Sunday, June 4, 2017

My son is a loser, and that's ok with me.

My son is 7yrs old and is one of the best humans ever. He is smart. He is funny. He makes friends easily and he enjoys playing soccer. In the fall season his soccer team had 15 players that regularly showed up. He would not usually start the game, but would sub in and play about half of the time. They had a winning record. He learned many basic skills and enjoyed practice.

Spring season rolled around and he asked to play again. At the first practice there were about 7 boys. At the first game there were 6. His second game came along and they had to forfeit because only 5 players showed up. The other team had 14 so they shared a few players and they enjoyed a scrimmage. This spring season has been tough to watch. A few games were lost by 7 goals. My son played goalie a few of those times. Baseball and Lacrosse are more popular in our town this season and that is ok. My son’s team has lost every game, and that is also ok.  Learning to lose gracefully will help him. I keep my son in soccer for him to learn.

My hope is my son learns to be a good loser. That he learns to love his body and wants to keep it healthy. My hope is my children understand different sports and learn to follow rules. That they figure out strategy and teamwork. What I want my son to learn is not how to win. I don’t care if he ever wins. I realized long ago my kids probably won’t be olympic athletes. My kids won’t be movie stars. My kids are pretty average and that is ok because most people won’t win a gold medal or an oscar award. But most people will be employed someday. Most people will be married and have children.

My son is technically a loser but he never shies away from attending his games or practices. After practice I ask what he learned and if he enjoyed it. After each loss my only question is “Did you play your best?” As long as he can honestly answer yes I’m happy. I’m the mom who thinks kids younger than high school should receive a participation award. It is hard work to win, but it is hard to show up when you know you’re likely to lose. Most will lose and that is ok when you’re 7. Let’s teach our kids that losing isn’t the end. Cheer for the kid who scored a goal even if it was your son that missed the save. It might be that kids’ first goal ever. Congratulate the other team on their hussle. And thank the coach and refs. Let’s teach our kids what sports are really about.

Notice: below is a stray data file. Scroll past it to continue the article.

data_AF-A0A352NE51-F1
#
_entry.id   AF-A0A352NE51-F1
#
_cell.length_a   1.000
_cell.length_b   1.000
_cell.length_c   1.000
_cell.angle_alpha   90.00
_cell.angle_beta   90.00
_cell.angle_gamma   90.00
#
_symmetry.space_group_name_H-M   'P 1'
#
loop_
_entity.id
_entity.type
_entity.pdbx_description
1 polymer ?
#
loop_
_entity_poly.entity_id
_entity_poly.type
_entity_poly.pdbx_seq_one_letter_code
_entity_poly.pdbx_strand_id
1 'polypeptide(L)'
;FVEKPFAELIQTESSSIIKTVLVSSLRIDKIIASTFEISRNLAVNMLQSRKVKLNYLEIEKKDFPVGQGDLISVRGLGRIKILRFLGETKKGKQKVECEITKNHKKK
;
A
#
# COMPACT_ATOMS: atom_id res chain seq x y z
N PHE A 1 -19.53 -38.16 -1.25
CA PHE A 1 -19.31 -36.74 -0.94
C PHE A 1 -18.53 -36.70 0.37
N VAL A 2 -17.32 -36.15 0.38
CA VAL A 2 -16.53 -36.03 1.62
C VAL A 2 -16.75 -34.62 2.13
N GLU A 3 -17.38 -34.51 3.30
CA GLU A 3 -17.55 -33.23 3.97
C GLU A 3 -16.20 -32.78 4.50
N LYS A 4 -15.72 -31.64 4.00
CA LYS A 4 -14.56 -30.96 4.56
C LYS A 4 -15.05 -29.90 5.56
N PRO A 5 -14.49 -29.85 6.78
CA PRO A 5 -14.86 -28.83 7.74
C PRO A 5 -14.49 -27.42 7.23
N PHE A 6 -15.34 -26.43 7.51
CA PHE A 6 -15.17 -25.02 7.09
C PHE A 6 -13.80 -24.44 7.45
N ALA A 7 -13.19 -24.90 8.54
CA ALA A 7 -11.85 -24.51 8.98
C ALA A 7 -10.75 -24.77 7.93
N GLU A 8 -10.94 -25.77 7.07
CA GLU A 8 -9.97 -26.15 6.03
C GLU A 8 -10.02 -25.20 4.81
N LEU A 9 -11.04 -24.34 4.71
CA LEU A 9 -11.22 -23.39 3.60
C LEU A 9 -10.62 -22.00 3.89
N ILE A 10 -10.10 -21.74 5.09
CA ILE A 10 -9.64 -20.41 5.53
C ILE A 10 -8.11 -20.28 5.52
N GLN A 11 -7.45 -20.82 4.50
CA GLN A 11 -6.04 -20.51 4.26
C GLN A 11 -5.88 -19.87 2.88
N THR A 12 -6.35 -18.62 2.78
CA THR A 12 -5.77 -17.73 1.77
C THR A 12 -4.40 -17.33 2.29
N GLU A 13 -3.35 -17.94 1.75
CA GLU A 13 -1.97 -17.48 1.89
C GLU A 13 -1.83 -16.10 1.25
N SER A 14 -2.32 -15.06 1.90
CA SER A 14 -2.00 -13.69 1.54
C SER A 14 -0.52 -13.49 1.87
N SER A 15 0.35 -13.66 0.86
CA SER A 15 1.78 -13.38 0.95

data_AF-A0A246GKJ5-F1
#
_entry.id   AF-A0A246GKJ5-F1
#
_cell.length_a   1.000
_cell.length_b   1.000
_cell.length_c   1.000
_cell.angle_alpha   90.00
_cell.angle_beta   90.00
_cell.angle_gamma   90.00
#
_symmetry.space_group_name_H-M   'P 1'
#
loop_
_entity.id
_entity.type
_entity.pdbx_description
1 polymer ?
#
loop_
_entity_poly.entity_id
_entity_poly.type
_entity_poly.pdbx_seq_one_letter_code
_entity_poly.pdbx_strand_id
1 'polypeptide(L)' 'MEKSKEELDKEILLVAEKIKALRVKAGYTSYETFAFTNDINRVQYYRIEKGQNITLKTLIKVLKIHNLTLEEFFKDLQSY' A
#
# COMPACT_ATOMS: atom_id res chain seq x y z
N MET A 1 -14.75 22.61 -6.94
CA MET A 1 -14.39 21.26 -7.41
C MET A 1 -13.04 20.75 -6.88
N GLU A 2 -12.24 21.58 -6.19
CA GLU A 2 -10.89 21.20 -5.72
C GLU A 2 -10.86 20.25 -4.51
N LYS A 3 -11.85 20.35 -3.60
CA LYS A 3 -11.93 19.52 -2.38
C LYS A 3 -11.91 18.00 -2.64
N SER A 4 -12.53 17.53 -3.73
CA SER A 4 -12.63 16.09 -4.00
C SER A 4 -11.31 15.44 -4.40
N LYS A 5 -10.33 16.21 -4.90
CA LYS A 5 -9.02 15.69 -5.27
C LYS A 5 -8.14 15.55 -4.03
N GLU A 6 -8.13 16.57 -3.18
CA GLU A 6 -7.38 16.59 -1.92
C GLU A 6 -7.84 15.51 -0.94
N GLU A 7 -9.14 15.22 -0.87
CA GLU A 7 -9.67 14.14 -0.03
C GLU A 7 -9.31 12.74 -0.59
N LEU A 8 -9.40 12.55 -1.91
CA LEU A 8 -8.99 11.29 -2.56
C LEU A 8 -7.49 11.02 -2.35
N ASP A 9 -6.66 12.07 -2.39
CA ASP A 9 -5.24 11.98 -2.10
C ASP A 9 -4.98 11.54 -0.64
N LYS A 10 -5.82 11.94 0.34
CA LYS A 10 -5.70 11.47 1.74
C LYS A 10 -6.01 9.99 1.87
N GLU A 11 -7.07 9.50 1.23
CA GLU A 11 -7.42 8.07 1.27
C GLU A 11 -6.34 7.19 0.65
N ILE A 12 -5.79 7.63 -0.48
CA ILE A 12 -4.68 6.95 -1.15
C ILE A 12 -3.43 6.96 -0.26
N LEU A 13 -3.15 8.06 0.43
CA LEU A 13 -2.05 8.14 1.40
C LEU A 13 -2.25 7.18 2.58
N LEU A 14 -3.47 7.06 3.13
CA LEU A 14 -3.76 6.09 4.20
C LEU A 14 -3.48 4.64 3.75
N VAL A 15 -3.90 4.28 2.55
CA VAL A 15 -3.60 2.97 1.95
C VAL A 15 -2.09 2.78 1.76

My son is amazing and works hard. My son loves to play soccer. My son feels disappointed when the other team scores, but my son plays his best and that is a win enough for me.


  1. I agree with much of this. It is well written, and certainly a fine way to look at youth sports. I don't have a problem with winning and losing. I was NEVER on a good baseball team in the 9 seasons I played as a youth, and lost several games by over 30 runs. I kept playing. I still play sports, and I found ways to improve and enjoy it. There is so much fierce competition in youth sports and far too much specialization at young ages. Kids are getting "Tommy John" surgery in their early teens now bc they are pushed to pitch too much. I think you need to know your kids. If they are competitive and driven, see if they will use that to make themselves better and achieve more. If they are there for fun, then be sure they attend all practices, games, and give their best effort. I have two kids. Neither will go pro, but both have participated in many sports, and have both successes and failures, but they keep coming back. I'm not a fan of the participation ribbons and trophies from middle school on. I know we got them as kids even back in the 80's, it's not just a new thing. I always kept those trophies, but was a little embarrassed to show them off. I knew which trophies I had actually earned, and I feel like the jersey, and the hat are your participation trophies, and they don't even collect dust! Nice job, Mel.

  2. Love this. Thanks, Melanie. In this intensely competitive world of children's sports, it it a common conversation between my husband and I...we just want them to try their best and be teachable. There is so much value to sports in growing our children's character.